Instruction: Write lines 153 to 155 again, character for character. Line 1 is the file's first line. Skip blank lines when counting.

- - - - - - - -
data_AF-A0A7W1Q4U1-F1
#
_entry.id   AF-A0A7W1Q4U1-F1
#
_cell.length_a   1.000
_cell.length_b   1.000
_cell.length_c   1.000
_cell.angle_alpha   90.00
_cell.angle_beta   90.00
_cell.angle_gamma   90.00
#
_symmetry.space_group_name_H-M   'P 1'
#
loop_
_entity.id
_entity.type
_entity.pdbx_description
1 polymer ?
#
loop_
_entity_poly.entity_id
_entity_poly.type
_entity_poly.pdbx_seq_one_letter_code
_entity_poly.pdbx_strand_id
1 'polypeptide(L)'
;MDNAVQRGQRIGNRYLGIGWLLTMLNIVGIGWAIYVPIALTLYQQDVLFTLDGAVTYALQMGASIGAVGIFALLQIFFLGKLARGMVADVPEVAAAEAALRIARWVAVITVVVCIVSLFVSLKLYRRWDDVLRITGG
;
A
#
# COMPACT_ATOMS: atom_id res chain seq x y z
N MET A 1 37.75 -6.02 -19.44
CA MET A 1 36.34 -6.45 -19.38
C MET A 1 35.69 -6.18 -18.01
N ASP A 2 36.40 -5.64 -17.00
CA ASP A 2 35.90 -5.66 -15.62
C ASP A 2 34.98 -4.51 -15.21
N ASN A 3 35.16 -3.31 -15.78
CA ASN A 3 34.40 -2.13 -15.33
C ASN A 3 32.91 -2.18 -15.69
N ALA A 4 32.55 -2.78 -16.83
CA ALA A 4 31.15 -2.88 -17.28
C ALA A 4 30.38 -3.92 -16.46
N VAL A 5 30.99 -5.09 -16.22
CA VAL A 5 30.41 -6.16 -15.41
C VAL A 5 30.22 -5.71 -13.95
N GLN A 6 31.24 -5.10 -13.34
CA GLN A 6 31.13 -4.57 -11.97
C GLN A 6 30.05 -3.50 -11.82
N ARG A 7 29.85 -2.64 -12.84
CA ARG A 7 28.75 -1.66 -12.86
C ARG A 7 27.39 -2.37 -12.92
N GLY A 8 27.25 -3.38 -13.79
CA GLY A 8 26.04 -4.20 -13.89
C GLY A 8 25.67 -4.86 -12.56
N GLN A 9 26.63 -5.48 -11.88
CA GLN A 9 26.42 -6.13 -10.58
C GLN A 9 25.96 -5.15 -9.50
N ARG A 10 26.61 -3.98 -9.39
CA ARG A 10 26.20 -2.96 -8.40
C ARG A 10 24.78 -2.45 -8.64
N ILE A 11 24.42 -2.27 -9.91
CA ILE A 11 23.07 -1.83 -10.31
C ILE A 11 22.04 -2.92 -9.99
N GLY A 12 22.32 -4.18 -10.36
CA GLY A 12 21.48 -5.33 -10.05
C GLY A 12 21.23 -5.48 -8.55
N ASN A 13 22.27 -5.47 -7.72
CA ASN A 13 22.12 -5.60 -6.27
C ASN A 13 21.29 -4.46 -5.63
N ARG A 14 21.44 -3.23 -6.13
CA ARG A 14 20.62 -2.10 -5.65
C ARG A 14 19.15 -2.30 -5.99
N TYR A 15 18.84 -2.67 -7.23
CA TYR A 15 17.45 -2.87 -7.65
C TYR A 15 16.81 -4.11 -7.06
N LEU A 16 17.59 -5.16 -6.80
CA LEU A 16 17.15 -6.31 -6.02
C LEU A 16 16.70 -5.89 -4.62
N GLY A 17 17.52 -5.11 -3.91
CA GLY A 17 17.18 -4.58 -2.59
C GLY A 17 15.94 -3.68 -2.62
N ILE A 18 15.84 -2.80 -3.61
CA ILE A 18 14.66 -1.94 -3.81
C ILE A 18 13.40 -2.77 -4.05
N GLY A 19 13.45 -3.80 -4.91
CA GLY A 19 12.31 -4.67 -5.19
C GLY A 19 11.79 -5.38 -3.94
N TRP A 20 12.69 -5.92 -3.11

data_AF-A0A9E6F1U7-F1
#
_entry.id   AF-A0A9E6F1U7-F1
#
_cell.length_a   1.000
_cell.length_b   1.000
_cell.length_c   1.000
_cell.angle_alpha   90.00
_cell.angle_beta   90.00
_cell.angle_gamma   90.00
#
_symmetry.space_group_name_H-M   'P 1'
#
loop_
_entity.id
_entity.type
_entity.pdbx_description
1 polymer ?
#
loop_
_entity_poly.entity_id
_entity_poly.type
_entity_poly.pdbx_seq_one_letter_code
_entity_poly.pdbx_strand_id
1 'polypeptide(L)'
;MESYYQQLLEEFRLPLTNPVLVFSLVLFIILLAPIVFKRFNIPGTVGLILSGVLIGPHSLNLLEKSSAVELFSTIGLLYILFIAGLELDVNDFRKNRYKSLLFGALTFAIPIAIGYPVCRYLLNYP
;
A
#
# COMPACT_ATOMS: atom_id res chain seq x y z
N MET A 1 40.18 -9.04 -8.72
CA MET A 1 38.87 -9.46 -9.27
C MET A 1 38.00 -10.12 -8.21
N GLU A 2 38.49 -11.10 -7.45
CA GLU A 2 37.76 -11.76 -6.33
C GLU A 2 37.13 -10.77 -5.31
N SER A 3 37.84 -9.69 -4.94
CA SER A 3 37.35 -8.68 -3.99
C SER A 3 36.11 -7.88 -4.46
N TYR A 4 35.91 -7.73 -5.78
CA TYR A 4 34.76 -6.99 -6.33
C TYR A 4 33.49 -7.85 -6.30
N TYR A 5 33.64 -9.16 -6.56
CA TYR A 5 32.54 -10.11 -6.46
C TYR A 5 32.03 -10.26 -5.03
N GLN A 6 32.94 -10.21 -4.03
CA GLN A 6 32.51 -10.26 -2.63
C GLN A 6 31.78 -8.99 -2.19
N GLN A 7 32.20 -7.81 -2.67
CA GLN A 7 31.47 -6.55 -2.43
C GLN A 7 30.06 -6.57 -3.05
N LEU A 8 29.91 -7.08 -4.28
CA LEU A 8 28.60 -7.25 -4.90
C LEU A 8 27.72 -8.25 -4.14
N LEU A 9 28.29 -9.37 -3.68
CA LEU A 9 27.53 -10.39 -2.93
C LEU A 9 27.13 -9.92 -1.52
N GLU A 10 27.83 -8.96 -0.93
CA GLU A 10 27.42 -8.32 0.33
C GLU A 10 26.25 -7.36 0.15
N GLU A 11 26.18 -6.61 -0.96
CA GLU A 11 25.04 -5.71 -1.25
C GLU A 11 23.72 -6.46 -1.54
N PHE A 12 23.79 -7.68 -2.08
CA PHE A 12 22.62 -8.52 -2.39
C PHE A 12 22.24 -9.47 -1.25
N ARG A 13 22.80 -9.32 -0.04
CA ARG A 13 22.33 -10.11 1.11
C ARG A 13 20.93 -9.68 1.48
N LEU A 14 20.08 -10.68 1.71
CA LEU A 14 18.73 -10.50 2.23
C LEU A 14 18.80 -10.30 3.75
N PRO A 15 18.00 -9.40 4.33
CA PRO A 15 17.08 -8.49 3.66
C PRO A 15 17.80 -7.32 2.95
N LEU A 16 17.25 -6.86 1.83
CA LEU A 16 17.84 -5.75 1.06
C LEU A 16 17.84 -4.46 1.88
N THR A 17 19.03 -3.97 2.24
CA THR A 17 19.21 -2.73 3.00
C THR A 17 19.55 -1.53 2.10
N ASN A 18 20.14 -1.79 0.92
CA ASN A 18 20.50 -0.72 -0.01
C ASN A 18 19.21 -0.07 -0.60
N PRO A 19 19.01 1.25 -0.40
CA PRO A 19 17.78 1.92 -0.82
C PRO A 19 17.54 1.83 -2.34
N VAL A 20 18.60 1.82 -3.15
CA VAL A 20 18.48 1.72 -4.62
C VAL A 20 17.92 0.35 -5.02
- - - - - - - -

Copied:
CA PHE A 12 22.62 -8.52 -2.39
C PHE A 12 22.24 -9.47 -1.25
N ARG A 13 22.80 -9.32 -0.04